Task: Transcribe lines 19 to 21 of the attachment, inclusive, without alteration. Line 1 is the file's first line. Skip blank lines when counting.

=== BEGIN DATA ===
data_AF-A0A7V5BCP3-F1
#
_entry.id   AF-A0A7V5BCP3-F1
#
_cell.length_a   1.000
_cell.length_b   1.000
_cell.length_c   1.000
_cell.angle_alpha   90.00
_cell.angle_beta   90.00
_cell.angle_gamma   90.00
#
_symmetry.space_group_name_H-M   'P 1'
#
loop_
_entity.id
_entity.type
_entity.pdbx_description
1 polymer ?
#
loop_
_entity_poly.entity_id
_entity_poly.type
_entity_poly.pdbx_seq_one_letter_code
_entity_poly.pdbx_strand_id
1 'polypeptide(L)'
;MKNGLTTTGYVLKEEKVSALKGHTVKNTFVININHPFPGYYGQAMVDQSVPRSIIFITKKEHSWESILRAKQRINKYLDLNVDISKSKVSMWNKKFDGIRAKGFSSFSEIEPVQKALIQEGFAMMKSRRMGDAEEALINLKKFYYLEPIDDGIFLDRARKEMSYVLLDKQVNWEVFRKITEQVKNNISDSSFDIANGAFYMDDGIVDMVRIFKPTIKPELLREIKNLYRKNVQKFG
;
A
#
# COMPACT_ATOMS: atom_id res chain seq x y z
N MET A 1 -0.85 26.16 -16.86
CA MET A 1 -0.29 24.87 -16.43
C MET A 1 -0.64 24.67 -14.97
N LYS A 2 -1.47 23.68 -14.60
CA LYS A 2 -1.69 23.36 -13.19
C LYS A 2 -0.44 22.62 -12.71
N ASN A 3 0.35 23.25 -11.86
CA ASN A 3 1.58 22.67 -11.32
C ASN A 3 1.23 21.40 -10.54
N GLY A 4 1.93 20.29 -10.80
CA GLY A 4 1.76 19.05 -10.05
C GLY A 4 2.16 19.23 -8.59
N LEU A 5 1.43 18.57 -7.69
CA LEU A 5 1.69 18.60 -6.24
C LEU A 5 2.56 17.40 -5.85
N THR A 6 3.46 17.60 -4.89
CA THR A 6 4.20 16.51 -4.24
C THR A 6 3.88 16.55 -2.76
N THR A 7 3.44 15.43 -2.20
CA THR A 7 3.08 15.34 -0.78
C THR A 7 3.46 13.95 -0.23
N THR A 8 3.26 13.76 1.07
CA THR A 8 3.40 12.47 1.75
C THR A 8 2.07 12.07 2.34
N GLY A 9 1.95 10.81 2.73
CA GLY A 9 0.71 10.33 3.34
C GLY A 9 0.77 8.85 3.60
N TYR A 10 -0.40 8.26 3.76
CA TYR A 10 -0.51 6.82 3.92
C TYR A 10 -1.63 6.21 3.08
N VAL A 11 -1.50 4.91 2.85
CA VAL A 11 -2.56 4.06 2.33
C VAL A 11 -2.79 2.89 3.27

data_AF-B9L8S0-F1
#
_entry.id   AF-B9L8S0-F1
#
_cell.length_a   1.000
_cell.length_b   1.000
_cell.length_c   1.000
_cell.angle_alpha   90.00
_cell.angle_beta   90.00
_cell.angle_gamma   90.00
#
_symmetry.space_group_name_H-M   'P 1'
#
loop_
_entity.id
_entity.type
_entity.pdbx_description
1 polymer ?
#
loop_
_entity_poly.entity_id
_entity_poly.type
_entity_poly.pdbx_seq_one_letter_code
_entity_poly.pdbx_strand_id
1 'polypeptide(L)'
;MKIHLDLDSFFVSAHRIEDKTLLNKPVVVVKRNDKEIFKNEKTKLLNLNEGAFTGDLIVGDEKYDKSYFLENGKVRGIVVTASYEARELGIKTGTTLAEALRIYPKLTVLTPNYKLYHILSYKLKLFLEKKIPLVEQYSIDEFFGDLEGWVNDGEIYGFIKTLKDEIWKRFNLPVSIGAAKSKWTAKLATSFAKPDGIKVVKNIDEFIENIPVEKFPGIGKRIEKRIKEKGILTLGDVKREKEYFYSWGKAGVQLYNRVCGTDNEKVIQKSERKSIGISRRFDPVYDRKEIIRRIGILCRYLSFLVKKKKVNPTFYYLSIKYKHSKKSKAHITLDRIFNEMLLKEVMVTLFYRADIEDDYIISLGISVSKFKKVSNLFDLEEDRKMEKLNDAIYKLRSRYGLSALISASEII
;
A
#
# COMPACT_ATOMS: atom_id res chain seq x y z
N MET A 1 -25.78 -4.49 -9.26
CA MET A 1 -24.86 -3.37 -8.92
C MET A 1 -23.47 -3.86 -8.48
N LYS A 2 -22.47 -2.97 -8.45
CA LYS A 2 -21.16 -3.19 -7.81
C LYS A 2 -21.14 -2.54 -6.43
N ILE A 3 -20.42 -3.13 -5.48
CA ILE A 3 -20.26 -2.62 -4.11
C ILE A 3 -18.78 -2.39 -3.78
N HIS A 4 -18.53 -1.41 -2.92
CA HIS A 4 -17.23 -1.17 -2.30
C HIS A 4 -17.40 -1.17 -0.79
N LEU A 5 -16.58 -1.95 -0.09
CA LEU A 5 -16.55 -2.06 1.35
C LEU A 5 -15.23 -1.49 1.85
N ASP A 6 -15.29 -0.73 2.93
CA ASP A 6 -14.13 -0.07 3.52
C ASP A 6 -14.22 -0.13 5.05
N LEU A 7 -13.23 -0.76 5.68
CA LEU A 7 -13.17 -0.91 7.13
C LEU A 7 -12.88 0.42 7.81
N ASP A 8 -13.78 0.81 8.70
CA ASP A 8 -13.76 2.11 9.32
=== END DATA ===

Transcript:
#
loop_
_entity_poly.entity_id